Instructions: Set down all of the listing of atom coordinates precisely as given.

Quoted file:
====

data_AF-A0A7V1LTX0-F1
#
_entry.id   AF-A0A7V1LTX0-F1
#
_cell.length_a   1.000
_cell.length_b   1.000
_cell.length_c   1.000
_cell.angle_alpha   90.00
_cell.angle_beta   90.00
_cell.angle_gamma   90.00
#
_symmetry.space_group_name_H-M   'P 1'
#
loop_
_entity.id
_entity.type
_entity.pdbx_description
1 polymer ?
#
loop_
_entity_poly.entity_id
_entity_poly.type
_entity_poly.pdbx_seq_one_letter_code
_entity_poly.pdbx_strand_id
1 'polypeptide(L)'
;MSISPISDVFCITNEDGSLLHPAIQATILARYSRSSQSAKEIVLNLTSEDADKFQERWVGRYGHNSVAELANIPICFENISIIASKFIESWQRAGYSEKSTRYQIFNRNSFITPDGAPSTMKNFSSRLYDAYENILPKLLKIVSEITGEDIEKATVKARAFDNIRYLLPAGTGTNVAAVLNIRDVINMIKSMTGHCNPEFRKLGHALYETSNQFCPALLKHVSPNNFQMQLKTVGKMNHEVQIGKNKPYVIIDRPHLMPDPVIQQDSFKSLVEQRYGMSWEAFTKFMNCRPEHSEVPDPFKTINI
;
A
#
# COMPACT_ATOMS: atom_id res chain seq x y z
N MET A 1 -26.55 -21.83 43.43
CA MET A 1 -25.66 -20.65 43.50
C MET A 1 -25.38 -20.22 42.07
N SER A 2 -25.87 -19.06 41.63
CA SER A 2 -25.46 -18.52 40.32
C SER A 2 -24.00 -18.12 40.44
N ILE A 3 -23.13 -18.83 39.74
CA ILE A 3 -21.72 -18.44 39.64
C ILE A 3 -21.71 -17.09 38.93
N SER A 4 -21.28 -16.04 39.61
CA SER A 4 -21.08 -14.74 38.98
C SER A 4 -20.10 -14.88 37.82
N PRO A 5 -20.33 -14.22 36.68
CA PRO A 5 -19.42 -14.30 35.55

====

data_AF-A0A7V1LTX0-F1
#
_entry.id   AF-A0A7V1LTX0-F1
#
_cell.length_a   1.000
_cell.length_b   1.000
_cell.length_c   1.000
_cell.angle_alpha   90.00
_cell.angle_beta   90.00
_cell.angle_gamma   90.00
#
_symmetry.space_group_name_H-M   'P 1'
#
loop_
_entity.id
_entity.type
_entity.pdbx_description
1 polymer ?
#
loop_
_entity_poly.entity_id
_entity_poly.type
_entity_poly.pdbx_seq_one_letter_code
_entity_poly.pdbx_strand_id
1 'polypeptide(L)'
;MSISPISDVFCITNEDGSLLHPAIQATILARYSRSSQSAKEIVLNLTSEDADKFQERWVGRYGHNSVAELANIPICFENISIIASKFIESWQRAGYSEKSTRYQIFNRNSFITPDGAPSTMKNFSSRLYDAYENILPKLLKIVSEITGEDIEKATVKARAFDNIRYLLPAGTGTNVAAVLNIRDVINMIKSMTGHCNPEFRKLGHALYETSNQFCPALLKHVSPNNFQMQLKTVGKMNHEVQIGKNKPYVIIDRPHLMPDPVIQQDSFKSLVEQRYGMSWEAFTKFMNCRPEHSEVPDPFKTINI
;
A
#
# COMPACT_ATOMS: atom_id res chain seq x y z
N MET A 1 -26.55 -21.83 43.43
CA MET A 1 -25.66 -20.65 43.50
C MET A 1 -25.38 -20.22 42.07
N SER A 2 -25.87 -19.06 41.63
CA SER A 2 -25.46 -18.52 40.32
C SER A 2 -24.00 -18.12 40.44
N ILE A 3 -23.13 -18.83 39.74
CA ILE A 3 -21.72 -18.44 39.64
C ILE A 3 -21.71 -17.09 38.93
N SER A 4 -21.28 -16.04 39.61
CA SER A 4 -21.08 -14.74 38.98
C SER A 4 -20.10 -14.88 37.82
N PRO A 5 -20.33 -14.22 36.68
CA PRO A 5 -19.42 -14.30 35.55